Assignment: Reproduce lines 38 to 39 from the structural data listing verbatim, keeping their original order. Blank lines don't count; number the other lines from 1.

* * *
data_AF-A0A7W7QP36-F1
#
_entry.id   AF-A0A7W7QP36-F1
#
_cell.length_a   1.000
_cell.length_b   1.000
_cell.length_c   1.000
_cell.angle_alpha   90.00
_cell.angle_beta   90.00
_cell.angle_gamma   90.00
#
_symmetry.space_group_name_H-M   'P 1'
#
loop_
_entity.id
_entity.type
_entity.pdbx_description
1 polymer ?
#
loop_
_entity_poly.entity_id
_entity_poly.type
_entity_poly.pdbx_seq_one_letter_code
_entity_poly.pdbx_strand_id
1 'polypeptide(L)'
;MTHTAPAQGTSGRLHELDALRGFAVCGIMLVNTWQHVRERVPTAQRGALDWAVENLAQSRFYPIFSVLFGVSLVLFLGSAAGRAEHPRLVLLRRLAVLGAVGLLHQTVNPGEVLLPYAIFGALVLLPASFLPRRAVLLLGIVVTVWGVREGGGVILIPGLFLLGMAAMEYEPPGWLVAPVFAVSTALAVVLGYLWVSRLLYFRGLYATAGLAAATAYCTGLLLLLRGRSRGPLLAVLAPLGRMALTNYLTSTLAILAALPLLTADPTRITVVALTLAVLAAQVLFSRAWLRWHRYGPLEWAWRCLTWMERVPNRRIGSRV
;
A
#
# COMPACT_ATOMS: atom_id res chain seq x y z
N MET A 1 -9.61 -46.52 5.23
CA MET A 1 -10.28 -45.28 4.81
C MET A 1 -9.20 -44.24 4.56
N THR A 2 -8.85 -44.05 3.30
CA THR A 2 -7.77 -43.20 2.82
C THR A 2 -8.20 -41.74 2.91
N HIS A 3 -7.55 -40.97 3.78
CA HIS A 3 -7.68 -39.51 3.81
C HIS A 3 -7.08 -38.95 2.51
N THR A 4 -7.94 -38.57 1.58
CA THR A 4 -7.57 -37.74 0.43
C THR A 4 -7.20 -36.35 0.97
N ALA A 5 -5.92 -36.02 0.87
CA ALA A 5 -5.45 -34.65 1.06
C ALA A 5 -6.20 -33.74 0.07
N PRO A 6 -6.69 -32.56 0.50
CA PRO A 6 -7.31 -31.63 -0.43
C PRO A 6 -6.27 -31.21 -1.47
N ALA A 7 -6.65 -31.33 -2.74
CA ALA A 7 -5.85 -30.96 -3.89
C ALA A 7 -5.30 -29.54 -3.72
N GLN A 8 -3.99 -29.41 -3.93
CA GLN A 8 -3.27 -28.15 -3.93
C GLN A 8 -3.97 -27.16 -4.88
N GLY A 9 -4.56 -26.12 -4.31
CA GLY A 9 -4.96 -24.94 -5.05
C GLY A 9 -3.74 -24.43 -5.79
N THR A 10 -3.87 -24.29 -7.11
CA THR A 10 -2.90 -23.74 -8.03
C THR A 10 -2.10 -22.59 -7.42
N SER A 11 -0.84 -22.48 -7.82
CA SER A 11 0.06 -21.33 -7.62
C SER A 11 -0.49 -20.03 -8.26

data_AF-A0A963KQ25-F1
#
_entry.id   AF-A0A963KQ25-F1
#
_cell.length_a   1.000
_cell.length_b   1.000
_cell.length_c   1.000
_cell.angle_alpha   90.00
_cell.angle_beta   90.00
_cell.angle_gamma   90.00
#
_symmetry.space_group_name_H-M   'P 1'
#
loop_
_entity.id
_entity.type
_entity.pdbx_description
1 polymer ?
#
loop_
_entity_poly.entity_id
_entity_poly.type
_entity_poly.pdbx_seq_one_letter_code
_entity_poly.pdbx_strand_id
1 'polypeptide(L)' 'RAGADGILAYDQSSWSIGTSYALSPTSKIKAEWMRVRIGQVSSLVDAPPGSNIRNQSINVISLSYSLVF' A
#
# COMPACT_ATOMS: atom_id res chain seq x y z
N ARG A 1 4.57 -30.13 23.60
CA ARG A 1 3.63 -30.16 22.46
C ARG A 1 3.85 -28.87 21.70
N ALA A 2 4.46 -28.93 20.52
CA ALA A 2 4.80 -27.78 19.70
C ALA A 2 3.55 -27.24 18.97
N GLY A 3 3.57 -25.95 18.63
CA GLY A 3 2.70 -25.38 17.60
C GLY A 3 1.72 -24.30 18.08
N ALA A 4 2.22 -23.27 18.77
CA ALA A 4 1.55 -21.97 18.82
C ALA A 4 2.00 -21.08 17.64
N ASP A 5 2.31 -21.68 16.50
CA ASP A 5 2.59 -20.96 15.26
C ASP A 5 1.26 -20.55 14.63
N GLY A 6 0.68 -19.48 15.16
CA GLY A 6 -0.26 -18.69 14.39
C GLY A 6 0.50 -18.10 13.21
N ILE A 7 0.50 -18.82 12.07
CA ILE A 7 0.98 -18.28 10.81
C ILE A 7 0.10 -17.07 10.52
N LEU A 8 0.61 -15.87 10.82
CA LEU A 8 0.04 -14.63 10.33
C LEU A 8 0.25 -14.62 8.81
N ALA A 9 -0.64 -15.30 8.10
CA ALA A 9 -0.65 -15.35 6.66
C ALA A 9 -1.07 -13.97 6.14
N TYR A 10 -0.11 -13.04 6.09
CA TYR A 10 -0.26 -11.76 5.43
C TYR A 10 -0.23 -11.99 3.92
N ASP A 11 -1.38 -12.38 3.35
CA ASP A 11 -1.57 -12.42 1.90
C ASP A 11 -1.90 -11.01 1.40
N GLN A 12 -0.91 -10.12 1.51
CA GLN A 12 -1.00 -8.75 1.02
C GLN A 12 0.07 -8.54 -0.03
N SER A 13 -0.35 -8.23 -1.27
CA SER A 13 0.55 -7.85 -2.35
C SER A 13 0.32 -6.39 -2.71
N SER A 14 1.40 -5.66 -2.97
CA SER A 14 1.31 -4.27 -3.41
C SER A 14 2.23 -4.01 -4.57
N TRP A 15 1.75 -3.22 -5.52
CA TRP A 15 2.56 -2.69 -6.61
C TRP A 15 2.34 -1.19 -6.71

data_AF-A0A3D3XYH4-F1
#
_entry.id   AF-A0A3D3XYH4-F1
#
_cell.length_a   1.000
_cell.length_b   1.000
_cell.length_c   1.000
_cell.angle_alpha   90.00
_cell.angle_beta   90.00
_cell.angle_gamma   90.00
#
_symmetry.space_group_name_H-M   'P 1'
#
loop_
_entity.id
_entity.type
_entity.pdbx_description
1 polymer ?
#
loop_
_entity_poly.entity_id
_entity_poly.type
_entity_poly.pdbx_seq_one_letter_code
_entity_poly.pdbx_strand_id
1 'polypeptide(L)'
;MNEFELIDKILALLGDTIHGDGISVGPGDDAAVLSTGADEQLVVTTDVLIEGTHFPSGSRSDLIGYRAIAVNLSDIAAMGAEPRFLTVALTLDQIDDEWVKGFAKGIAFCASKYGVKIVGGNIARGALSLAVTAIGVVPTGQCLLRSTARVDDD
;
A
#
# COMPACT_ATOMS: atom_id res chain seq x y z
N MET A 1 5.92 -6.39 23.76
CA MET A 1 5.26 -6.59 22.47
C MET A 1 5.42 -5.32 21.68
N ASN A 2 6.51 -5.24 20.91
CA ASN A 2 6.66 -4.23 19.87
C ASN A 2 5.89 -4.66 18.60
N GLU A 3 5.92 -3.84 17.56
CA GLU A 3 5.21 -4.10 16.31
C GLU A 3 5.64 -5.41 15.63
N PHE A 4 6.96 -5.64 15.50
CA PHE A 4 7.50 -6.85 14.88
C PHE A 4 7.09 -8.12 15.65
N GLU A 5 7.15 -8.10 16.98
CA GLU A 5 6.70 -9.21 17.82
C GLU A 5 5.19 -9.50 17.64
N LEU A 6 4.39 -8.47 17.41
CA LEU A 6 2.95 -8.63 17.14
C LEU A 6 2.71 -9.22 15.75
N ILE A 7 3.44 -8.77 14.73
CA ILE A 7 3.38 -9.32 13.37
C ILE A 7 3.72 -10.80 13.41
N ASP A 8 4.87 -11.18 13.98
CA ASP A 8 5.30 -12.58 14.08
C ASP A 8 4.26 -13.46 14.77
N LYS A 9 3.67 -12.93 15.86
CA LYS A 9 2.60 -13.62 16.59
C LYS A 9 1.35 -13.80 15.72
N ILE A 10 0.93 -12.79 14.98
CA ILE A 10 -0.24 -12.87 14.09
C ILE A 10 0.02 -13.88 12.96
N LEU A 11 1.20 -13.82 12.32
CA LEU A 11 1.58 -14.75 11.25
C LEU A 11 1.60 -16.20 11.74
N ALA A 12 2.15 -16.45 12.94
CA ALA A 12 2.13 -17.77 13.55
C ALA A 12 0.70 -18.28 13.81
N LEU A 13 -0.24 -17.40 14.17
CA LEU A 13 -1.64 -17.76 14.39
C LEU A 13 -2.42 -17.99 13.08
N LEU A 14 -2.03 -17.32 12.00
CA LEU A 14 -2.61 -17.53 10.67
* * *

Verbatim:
CA HIS A 3 -7.68 -39.51 3.81
C HIS A 3 -7.08 -38.95 2.51